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History with a Difference

Meena Bhargava

By Sunil Kumar
Permanent Black, New Delhi, 2007, pp. xv 422, Rs. 795.00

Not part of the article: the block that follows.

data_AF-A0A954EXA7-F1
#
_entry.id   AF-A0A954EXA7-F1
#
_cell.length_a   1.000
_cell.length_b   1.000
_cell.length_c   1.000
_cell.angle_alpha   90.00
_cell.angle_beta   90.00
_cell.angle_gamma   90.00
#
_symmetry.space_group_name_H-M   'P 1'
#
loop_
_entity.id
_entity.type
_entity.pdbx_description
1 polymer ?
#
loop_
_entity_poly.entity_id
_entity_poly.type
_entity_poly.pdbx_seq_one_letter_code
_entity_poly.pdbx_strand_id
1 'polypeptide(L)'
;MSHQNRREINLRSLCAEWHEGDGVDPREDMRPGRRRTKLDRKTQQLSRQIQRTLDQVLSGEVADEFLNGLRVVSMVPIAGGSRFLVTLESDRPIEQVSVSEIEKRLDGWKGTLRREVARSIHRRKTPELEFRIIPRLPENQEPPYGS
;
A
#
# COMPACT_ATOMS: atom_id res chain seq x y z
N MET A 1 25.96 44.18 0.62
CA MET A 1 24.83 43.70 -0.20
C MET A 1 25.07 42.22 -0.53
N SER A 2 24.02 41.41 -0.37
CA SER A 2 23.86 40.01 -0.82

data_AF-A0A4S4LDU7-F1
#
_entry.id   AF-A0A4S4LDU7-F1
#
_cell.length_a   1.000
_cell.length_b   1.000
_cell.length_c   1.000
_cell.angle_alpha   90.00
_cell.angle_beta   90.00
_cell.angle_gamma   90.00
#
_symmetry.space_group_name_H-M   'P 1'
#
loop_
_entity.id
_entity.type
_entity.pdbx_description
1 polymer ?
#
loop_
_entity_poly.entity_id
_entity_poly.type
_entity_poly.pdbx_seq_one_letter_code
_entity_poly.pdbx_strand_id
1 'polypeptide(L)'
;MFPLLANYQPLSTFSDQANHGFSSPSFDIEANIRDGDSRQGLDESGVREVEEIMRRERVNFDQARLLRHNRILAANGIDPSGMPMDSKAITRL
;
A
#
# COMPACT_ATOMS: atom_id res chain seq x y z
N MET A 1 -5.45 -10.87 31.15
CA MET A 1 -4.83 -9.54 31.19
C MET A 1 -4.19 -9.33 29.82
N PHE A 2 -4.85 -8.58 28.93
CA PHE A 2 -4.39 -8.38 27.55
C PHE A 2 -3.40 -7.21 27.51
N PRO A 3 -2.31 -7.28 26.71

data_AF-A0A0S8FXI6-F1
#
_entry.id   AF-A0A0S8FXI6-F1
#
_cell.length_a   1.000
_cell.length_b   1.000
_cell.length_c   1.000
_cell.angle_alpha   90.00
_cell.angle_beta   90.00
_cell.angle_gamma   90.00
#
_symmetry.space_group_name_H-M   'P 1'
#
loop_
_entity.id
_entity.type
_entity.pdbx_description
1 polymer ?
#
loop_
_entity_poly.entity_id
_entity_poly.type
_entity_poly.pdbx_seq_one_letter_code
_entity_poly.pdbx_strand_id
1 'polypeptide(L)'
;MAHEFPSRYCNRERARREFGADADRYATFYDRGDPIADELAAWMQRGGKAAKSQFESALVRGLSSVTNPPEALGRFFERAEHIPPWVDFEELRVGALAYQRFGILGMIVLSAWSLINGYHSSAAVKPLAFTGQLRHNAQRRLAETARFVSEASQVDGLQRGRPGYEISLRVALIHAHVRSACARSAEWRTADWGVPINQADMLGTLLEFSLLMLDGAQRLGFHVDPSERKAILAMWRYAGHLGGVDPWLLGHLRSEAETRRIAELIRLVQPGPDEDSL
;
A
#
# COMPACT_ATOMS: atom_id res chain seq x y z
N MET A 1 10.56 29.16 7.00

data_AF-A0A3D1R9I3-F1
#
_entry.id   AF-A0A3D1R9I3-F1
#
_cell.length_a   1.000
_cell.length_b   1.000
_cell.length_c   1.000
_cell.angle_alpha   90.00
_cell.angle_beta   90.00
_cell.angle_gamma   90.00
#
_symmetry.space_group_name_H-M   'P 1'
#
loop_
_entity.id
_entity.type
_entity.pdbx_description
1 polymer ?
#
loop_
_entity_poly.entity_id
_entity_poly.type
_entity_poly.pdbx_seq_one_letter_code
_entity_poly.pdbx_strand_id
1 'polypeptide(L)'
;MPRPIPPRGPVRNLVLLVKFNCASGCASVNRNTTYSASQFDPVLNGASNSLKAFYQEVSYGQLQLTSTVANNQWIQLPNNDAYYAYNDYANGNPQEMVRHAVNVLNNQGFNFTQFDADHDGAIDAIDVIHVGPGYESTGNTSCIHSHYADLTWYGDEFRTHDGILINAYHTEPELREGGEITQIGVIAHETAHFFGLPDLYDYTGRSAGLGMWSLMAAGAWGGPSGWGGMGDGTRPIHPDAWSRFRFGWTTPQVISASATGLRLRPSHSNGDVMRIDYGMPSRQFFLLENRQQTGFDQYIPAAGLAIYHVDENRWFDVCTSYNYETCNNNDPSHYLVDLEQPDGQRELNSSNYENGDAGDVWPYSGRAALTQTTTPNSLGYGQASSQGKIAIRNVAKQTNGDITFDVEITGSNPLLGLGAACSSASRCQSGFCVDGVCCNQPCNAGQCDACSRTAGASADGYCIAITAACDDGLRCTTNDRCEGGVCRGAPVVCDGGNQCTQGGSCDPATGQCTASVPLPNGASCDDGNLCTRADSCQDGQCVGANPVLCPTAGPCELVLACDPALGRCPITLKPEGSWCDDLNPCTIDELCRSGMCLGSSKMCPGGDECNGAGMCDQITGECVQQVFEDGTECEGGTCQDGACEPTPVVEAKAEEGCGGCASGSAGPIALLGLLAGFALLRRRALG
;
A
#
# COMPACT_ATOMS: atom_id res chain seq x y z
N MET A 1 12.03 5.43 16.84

The Emergence of the Delhi Sultanate is a voluminous work, considering that it covers only a phase i.e. 1192-1286 ad. It is a refreshing intervention and convincingly breaks the long-held opinion that the Delhi Sultanate was a monolithic, authoritarian, centralized state. Sunil Kumar draws on several evidences to argue that there were many centres of social and political power—politically ambitious military commanders, urban elites, religious ideologies and personal commitments—in early Delhi Sultanate that challenged almost all processes towards the creation of authoritarian centralization. So, if despite the varied challenges, the Delhi Sultanate survived, it was not because of the military and political abilities of the Sultans but the ideologies that considered and reinforced the Delhi Sultanate as a shelter for the Muslims especially during Mongol incursions.   Kumar has written the history of early Sultanate with a difference, investigating the existing historical interpretations and raising questions for instance on the ethnic and racial origins of the Sultans or can slaves be nobles or did the Sultanate have a bureaucracy or why do economic historians of the Delhi Sultanate hurriedly skip the thirteenth century and move into the fourteenth century? What makes his book more concrete is his study of the way the Persian chronicles and later historiography remember the past. In doing so, he also prepares the ground for questioning their narrative for a rational understanding of the politics of the thirteenth century. Sometimes, even if it is to explain the social contexts of elite politics, the kinship and ethnic details of individuals get tedious and overbearing, though the author tries to break the monotony by providing tables and charts.   Kumar while discussing the emergence of the Delhi Sultanate as a historical process during the thirteenth century uses the term ‘emergence’ to convey the impermanence and discontinuity of this period rather than the increasing power and influence of the Sultans as has been conventionally argued. The first century of Sultanate rule (that Kumar focuses upon) witnessed a brief spell of political stability and consolidation but also rebellion and resistances against any attempts at establishing authoritarianism by Sultans like Iltutmish and Balban. To bridge the gap between politics and society, induced by conventional histories, the author makes a radical shift from administrative and political history to study individuals and groups, in actuality, elites and notables and their involvement in the politics of the Sultanate during the thirteenth century. He ...

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